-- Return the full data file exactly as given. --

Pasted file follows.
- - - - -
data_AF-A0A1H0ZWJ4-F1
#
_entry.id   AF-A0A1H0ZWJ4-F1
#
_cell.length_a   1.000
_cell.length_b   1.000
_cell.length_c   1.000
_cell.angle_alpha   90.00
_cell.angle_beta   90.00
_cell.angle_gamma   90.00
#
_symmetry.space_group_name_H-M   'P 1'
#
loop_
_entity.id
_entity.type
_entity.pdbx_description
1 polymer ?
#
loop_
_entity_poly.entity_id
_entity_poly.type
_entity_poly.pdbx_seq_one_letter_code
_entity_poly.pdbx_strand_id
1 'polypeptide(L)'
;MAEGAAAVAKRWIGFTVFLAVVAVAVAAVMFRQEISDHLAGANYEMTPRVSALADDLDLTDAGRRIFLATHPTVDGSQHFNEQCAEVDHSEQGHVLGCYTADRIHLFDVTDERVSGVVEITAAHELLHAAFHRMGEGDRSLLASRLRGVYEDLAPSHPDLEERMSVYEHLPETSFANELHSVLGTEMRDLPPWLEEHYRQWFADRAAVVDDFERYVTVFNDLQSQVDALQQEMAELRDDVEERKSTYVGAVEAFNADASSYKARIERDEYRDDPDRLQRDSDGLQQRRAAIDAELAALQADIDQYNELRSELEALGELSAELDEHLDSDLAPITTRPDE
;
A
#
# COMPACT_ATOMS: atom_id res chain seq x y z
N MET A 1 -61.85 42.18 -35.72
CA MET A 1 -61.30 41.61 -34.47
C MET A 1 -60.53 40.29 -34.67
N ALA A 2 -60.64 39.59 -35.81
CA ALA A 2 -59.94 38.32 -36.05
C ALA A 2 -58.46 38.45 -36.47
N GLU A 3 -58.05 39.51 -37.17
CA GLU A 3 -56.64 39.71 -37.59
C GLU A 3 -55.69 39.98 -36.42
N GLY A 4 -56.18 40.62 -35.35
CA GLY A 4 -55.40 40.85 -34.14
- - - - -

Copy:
data_AF-A0A1H0ZWJ4-F1
#
_entry.id   AF-A0A1H0ZWJ4-F1
#
_cell.length_a   1.000
_cell.length_b   1.000
_cell.length_c   1.000
_cell.angle_alpha   90.00
_cell.angle_beta   90.00
_cell.angle_gamma   90.00
#
_symmetry.space_group_name_H-M   'P 1'
#
loop_
_entity.id
_entity.type
_entity.pdbx_description
1 polymer ?
#
loop_
_entity_poly.entity_id
_entity_poly.type
_entity_poly.pdbx_seq_one_letter_code
_entity_poly.pdbx_strand_id
1 'polypeptide(L)'
;MAEGAAAVAKRWIGFTVFLAVVAVAVAAVMFRQEISDHLAGANYEMTPRVSALADDLDLTDAGRRIFLATHPTVDGSQHFNEQCAEVDHSEQGHVLGCYTADRIHLFDVTDERVSGVVEITAAHELLHAAFHRMGEGDRSLLASRLRGVYEDLAPSHPDLEERMSVYEHLPETSFANELHSVLGTEMRDLPPWLEEHYRQWFADRAAVVDDFERYVTVFNDLQSQVDALQQEMAELRDDVEERKSTYVGAVEAFNADASSYKARIERDEYRDDPDRLQRDSDGLQQRRAAIDAELAALQADIDQYNELRSELEALGELSAELDEHLDSDLAPITTRPDE
;
A
#
# COMPACT_ATOMS: atom_id res chain seq x y z
N MET A 1 -61.85 42.18 -35.72
CA MET A 1 -61.30 41.61 -34.47
C MET A 1 -60.53 40.29 -34.67
N ALA A 2 -60.64 39.59 -35.81
CA ALA A 2 -59.94 38.32 -36.05
C ALA A 2 -58.46 38.45 -36.47
N GLU A 3 -58.05 39.51 -37.17
CA GLU A 3 -56.64 39.71 -37.59
C GLU A 3 -55.69 39.98 -36.42
N GLY A 4 -56.18 40.62 -35.35
CA GLY A 4 -55.40 40.85 -34.14